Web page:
(New York, NY) — Chinese officials stopped Chinese writer and activist Yang Maodong from boarding a flight last week from Shanghai to San Francisco to visit his ailing wife; now it appears he’s been detained at the behest of the Ministry of Public Security. PEN America today said his apparent detention is a cruel, inhumane act and that he should be released immediately and allowed to travel freely.

Yang had previously been banned from international travel, but had reportedly obtained all the necessary permissions from local authorities to fly to the United States. However, Yang was stopped from boarding his flight at Shanghai’s airport this past Thursday evening, reportedly under orders of the Ministry of Public Security. 

After officials blocked Yang from boarding his flight late last week, he started a hunger strike from Shanghai’s Pudong International Airport and released several public statements decrying his treatment. Soon after, his contacts stopped hearing from him and were unable to reach him. Chinese officials have not commented on the case, offering no information about Yang’s apparent detention.

“China’s Ministry of Public Security clearly fears Yang’s voice—to the point that they have taken this outrageous series of actions in order to ensure his silence,” said James Tager, research director at PEN America. “Permitting Yang to see his wife as she begins cancer treatments would be a simple humanitarian gesture, an act of human compassion. But by not only blocking Yang’s travel, but by detaining him and cutting him off from the outside world, it seems that Chinese officials have decided to prioritize politics over humanitarianism, and repression over compassion. It is offensive that Yang is being treated as some sort of criminal for refusing to accept his separation from his sick wife in silence. We call for the Chinese government to show compassion, to release Yang, and to allow him to see his wife. ”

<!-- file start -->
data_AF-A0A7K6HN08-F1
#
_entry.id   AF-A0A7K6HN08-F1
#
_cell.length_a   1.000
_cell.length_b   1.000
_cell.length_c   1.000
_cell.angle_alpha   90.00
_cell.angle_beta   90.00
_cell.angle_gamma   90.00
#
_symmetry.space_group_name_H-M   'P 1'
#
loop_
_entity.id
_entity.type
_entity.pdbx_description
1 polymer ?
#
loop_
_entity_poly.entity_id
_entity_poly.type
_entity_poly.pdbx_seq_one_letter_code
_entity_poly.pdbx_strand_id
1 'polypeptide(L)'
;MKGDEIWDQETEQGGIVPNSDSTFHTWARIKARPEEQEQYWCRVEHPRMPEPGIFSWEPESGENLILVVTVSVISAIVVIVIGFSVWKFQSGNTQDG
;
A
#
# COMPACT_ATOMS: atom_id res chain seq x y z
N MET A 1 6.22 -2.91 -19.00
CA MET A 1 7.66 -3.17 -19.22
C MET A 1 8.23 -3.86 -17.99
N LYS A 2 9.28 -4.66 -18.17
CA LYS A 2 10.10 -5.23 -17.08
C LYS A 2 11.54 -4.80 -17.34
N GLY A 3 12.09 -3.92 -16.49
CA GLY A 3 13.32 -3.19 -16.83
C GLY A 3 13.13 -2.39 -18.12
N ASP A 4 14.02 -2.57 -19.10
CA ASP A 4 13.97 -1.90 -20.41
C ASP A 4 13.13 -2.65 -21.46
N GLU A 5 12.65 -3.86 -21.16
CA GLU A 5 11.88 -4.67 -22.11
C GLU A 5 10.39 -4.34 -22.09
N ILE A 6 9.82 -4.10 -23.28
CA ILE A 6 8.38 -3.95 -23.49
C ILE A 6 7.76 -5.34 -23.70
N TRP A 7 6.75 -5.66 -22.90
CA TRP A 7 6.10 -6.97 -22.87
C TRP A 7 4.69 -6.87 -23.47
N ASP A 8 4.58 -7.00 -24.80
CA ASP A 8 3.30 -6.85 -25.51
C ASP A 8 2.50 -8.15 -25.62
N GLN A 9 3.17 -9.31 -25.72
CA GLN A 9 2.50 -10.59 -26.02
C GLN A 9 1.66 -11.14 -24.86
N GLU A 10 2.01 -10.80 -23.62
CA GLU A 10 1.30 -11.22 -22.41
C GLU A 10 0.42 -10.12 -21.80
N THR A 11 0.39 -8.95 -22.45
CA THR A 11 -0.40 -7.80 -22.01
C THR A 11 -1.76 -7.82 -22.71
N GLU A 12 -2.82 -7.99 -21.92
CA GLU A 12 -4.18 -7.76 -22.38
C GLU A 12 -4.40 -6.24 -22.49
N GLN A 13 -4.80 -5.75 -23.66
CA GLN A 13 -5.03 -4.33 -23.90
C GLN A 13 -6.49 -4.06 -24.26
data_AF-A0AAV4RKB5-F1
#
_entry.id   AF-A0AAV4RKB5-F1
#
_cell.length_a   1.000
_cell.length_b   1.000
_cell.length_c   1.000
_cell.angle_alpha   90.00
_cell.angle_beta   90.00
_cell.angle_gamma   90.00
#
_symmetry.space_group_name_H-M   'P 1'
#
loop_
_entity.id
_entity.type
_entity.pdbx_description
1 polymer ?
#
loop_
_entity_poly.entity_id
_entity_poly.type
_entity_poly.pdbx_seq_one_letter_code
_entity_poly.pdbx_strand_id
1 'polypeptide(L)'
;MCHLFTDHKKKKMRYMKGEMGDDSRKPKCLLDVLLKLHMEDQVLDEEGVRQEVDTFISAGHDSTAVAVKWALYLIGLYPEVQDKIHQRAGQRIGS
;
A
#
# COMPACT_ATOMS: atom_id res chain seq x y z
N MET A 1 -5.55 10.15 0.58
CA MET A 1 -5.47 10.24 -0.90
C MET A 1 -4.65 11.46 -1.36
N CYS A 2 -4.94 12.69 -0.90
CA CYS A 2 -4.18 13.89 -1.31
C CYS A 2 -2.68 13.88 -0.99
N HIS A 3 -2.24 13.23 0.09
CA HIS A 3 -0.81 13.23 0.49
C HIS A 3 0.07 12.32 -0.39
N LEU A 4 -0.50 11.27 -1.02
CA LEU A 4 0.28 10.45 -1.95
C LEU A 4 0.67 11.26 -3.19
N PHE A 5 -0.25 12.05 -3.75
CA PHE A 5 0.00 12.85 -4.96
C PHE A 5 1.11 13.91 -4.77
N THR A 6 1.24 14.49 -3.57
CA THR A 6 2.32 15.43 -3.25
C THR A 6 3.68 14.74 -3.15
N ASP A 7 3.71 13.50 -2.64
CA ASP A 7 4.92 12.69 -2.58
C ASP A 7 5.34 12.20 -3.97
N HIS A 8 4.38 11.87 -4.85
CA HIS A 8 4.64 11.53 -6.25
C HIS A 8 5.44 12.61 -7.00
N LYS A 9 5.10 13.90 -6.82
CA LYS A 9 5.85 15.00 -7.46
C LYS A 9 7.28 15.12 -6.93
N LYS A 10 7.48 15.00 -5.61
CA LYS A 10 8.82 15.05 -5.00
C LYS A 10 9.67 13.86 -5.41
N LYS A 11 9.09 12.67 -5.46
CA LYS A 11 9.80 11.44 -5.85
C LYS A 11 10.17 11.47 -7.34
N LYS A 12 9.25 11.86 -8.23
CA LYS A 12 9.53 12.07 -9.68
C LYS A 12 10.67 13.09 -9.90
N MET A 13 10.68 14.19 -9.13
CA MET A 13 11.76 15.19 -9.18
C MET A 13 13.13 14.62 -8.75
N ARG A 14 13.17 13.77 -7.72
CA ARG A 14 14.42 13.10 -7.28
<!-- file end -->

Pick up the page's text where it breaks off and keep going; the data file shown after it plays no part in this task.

In comments given before his detention, Yang said he had at one point been told by security officers that he could leave only if he negotiated the conditions for his travel with the police in his home province—with such conditions presumably including a ban on critiquing government or party leaders while abroad. Yang refused to do so.

Yang is also known by his pen name of Guo Feixiong, and his literary works include two novels, a short story collection, and a series of poems. Yang has previously served time in prison for charges relating to his status as a dissident writer and for his advocacy against government censorship.